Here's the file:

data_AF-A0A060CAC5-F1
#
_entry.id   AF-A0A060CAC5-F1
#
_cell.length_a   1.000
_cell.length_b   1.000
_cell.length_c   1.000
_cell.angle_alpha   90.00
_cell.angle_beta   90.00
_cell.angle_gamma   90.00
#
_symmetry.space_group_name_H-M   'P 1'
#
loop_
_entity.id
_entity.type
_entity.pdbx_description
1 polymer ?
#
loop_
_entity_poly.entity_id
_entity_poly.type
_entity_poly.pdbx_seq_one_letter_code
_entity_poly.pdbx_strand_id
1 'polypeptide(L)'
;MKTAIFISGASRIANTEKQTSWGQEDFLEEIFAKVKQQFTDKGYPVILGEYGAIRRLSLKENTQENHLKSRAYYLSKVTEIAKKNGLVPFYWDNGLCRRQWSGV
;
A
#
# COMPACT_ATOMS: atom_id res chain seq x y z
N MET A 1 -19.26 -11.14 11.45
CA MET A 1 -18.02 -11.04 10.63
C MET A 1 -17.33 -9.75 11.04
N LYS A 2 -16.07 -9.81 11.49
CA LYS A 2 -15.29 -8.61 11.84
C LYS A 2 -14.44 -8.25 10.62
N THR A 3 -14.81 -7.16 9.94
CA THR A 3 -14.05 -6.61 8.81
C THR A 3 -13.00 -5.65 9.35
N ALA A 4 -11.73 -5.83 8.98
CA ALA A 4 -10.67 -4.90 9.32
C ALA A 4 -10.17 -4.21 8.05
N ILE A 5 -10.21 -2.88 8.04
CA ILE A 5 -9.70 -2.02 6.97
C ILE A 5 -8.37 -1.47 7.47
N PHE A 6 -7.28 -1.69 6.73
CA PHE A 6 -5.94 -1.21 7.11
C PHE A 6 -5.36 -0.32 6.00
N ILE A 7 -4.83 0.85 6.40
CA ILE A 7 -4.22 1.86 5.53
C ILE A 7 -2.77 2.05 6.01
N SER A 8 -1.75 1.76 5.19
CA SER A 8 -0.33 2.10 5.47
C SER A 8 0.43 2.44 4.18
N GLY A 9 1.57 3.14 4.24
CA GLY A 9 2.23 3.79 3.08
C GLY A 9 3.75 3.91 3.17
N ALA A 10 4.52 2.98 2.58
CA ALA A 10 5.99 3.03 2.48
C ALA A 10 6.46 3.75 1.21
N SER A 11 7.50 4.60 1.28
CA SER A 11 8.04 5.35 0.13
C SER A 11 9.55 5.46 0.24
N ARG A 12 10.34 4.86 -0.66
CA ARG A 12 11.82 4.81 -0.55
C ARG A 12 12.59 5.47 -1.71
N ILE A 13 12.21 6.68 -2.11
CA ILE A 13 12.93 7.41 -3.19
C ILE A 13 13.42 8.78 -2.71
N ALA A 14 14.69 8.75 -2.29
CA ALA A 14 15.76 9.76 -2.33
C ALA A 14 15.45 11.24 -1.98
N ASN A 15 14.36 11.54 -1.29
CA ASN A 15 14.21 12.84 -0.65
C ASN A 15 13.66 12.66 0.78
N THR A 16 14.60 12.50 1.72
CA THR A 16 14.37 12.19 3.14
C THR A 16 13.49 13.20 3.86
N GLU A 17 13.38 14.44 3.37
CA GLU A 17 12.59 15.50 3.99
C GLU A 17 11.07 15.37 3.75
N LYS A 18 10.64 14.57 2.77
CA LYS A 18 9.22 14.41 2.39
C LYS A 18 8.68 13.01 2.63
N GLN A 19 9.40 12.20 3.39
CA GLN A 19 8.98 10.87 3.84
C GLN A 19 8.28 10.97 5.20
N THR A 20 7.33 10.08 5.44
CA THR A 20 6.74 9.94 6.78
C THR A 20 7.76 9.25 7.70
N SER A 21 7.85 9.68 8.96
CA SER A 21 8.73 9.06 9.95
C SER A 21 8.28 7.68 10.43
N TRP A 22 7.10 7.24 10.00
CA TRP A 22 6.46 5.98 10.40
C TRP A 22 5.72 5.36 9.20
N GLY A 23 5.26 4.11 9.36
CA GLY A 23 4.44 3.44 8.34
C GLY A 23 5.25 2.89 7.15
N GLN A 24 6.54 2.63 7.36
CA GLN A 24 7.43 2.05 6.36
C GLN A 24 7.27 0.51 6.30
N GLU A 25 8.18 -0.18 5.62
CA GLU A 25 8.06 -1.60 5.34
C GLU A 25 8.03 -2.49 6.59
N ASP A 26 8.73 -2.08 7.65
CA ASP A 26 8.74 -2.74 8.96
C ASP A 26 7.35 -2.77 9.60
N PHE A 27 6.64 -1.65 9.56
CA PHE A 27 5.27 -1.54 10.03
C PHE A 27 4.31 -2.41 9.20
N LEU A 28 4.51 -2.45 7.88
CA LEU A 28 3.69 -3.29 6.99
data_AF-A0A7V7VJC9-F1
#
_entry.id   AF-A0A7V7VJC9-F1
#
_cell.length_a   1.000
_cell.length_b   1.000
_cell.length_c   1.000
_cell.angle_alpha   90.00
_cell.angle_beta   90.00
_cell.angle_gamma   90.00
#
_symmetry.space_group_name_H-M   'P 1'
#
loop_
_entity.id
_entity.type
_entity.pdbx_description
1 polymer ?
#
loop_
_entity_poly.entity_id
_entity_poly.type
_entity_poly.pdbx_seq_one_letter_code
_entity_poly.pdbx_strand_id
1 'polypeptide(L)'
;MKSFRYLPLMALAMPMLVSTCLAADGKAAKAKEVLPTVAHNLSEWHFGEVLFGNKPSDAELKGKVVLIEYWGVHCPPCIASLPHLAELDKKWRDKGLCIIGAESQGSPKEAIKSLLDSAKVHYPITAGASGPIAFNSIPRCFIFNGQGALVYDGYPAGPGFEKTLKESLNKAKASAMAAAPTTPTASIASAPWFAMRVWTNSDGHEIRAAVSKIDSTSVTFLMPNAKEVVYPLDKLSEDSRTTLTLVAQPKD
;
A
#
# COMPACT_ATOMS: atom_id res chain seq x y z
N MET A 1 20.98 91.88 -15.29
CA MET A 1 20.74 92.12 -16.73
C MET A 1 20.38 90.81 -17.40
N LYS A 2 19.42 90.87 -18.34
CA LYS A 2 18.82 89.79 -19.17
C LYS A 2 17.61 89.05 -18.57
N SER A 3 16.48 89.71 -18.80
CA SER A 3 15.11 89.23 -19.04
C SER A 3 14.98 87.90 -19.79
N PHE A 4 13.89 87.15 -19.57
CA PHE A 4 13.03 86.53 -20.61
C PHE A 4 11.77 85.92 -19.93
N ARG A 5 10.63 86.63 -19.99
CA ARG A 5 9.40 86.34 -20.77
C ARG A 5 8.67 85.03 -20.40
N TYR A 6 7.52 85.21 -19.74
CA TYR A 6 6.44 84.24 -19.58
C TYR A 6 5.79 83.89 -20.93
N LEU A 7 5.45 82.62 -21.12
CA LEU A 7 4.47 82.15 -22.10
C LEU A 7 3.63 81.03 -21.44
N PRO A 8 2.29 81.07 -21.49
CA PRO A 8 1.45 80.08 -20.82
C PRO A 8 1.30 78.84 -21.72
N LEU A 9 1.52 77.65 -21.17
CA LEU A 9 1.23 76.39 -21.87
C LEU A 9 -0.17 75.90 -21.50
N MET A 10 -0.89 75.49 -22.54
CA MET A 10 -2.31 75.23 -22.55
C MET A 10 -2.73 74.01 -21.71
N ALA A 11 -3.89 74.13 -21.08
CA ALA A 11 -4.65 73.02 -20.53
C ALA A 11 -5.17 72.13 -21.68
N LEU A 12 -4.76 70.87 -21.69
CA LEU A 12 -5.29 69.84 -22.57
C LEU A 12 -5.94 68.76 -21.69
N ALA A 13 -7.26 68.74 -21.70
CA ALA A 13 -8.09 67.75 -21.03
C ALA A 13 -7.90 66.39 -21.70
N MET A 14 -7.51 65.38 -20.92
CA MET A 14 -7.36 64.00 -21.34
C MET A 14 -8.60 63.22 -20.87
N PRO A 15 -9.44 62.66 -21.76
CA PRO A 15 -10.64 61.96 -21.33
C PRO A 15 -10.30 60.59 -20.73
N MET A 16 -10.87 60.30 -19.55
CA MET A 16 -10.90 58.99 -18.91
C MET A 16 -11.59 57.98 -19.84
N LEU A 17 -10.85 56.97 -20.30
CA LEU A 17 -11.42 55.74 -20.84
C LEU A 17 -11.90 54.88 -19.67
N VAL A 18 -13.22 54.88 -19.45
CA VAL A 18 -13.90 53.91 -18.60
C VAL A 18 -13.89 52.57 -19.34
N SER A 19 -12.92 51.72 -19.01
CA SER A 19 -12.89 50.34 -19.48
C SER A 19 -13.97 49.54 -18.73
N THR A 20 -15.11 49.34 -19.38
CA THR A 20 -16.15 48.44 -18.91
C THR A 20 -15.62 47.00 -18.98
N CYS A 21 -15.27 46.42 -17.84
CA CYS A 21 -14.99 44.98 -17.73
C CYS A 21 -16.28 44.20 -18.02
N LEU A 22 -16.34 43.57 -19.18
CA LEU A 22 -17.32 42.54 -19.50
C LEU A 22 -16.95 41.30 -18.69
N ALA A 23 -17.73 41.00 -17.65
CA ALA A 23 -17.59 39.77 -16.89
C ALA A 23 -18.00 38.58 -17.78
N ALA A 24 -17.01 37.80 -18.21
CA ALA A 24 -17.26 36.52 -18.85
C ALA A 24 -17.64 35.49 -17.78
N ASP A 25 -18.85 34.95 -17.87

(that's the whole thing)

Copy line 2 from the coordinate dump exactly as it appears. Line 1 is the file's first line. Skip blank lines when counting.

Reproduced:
#